I was at the store today - yes, I eat groceries like normal people - and while waiting in line at the checkout, I pondered thumbing through a magazine. But I stopped in my tracks as I beheld the typical dreary selection. It looked just about like this:
Look at it. Look at it! Discouraged, I returned to guard my cart empty-handed. Let me repeat: Rather than flip through a magazine for free for a few minutes while I waited for the register, I preferred to remain standing alone with the thoughts in my head.
So print media wants to know what it's doing wrong? Wake up! The Internet is not killing magazines by being cheaper. Nor is it because of convenience or fascination with shiny electronics. The Internet is killing newspapers and magazines by having better content. Now, don't get me wrong, the Internet also hosts some spectacular crap. But its high notes are far, far higher than anything I've found in a newspaper or magazine in a long, long time.
Those magazines on the rack... they are not reading material. They are wood pulp that has been tortured out of its will to live. They are constrained and fettered and chained down. Can you imagine, just a moment - let your imagination run free here - websites repackaged as magazines? Free opinions, challenging information, eye-opening revelations, risky humor, shocking and astounding artwork. But it can't have that.
- A Best Of Wikipedia magazine? Nope, sorry, won't appeal to housewives in bunny slippers.
- Controversial opinions? Egad, we'd chase away the sponsors! No Huffington Post Observer, then.
- Uncensored treatment of sexuality? Good God, there's children running in the aisle! That excludes about 50% of what you could find on the web.
- In-depth content on brainy subjects? Sorry, the USA is now remolded into Napoleon's "nation of shopkeepers." We have to dumb everything down some more as it is. So shove your Slashdot Weekly.
- Progressive humor? You'll never even be able to sign a lease on Madison Avenue without your white, powdered wig! So much for the Wonkette Monthy Roasting Rack.
And I know whereof I speak; my first ambition was to be a writer. And so, back in the '80s, with a manual typewriter and a stack of creamy bond paper, and a copy of the Writer's Market, I tried to make it into print. Never did, even with years of trying. But now there's the Internet and, for whatever reason, I broke into that just fine, eventually selling my work to websites instead of magazines. Recently, I just picked up a copy of last year's Writer's Market and thumbed through it. I discovered two things: (a) I now get paid more for writing for the web than I would if I got into print in some of the top magazines out there, and (b) the mentality has not changed in 30 years; you still have to have the same thinking that would go along with a white, powdered wig just to break in.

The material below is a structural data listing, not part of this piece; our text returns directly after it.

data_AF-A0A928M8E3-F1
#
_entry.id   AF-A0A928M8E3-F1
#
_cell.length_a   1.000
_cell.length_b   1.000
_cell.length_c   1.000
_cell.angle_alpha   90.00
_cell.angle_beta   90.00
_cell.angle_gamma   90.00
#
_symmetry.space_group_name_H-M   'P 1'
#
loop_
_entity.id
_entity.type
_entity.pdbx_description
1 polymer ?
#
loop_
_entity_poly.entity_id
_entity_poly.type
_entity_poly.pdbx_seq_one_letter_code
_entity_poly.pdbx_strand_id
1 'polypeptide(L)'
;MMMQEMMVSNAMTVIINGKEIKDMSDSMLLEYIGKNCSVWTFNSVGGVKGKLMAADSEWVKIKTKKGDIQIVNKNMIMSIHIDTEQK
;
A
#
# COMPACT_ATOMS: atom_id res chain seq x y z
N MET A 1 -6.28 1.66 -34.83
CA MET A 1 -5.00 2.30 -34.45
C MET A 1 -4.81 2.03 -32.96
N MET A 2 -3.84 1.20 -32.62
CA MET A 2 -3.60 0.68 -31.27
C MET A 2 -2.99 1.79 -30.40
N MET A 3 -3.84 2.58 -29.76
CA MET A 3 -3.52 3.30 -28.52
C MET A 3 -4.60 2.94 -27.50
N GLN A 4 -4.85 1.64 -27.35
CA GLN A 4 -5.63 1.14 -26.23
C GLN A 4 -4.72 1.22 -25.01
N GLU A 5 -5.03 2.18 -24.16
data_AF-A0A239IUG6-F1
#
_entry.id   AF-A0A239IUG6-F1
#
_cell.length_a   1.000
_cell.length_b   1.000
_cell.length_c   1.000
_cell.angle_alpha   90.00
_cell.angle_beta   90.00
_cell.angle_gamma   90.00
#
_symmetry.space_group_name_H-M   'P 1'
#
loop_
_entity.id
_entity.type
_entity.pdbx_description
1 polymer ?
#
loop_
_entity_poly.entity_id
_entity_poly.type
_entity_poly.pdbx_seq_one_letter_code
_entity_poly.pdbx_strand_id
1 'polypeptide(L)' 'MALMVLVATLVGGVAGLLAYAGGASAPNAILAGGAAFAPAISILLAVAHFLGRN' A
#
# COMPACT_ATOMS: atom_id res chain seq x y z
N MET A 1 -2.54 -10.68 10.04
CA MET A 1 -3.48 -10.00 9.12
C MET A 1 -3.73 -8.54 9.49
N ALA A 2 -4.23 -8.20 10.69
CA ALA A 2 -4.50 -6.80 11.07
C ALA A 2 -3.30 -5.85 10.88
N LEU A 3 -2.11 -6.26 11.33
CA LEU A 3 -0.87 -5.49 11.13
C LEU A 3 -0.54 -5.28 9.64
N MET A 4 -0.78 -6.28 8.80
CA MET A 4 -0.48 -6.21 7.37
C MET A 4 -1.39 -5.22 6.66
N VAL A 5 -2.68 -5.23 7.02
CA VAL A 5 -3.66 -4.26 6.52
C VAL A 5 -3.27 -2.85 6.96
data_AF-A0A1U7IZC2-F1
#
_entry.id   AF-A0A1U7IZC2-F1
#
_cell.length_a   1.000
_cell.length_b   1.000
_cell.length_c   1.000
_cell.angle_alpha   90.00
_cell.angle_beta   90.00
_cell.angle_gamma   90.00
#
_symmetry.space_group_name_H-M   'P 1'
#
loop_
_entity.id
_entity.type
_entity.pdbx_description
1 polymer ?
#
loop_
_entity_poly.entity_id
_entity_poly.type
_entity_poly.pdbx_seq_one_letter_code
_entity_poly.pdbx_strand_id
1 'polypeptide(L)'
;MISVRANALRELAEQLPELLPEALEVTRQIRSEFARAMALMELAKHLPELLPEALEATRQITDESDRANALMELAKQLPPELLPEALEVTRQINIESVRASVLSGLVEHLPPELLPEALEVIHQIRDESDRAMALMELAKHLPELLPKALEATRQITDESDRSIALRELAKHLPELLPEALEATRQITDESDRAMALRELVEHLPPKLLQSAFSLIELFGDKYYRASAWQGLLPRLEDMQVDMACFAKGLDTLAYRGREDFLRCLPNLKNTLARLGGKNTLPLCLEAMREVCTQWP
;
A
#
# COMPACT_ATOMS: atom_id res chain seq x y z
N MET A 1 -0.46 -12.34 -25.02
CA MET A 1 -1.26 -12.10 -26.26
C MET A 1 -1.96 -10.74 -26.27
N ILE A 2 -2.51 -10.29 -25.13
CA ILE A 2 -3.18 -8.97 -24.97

Here, want to see what magazines in other countries look like? My favorite art blog in all the world, Deadlicious, has a category of mag covers. Scroll through a few pages (click 'older posts' at the bottom for more, and mute your sound to shut off that annoying damn Playlist widget). But just look at the mags! In places like France, Japan, and Britain, in recent decades, things like this were published. Even in the US in decades past, some rare, once-in-a-while bit of interest graced a corner of a newsstand for a brief moment.
They're mostly NSFW.
I guarantee you that everyone will find something there to be offended about. Deadlicious does not cringe from the trashy and pulpy.
They are not high-brow, sophisticated reading, for the most part.
I'll tell you what they do have, that's missing from the endcap of your local Ralph's: they're ALIVE! There's blood and pulse and breath in them. They are not instruction manuals for consumer zombies, made up like tasteful corpses and shrink-wrapped in little plastic coffins. These magazines displayed on Deadlicious have a body temperature of 98.2 degrees, and they laugh, cuss, and sweat.
Now of course, I know that the industry does not work that way. The mainstream websites are every bit as zombified as mainstream print media. Indeed, they are often put out by the same company. But the web allows me to fly off and find 999,999 alternatives, whereas if they put that many magazines in the store, there wouldn't be room for food. But print media can't fix that. What it can fix is to fight back by getting our attention again. That means challenging, startling, original, ingenious, compelling, interesting content - even if it's scary - and that's what print media will never do.
Can you name a single, solitary print publication where I could have gotten away with saying what I just said up here? Yes, I can. Alternative weekly newspapers - only some of them. And those that would print this, would fade away in a few years.
Saying all this in a Time article would be unthinkable. It would be the equivalent of Howard Beale in the film Network apologizing on live TV for running out of bullshit.
So, no, newspaper industry, you don't need us. We need us. We're doing fine, thanks. And the sooner you go out of business and we can replace that spot with more corn syrup and partially hydrogenated vegetable oil rotgut, the better.
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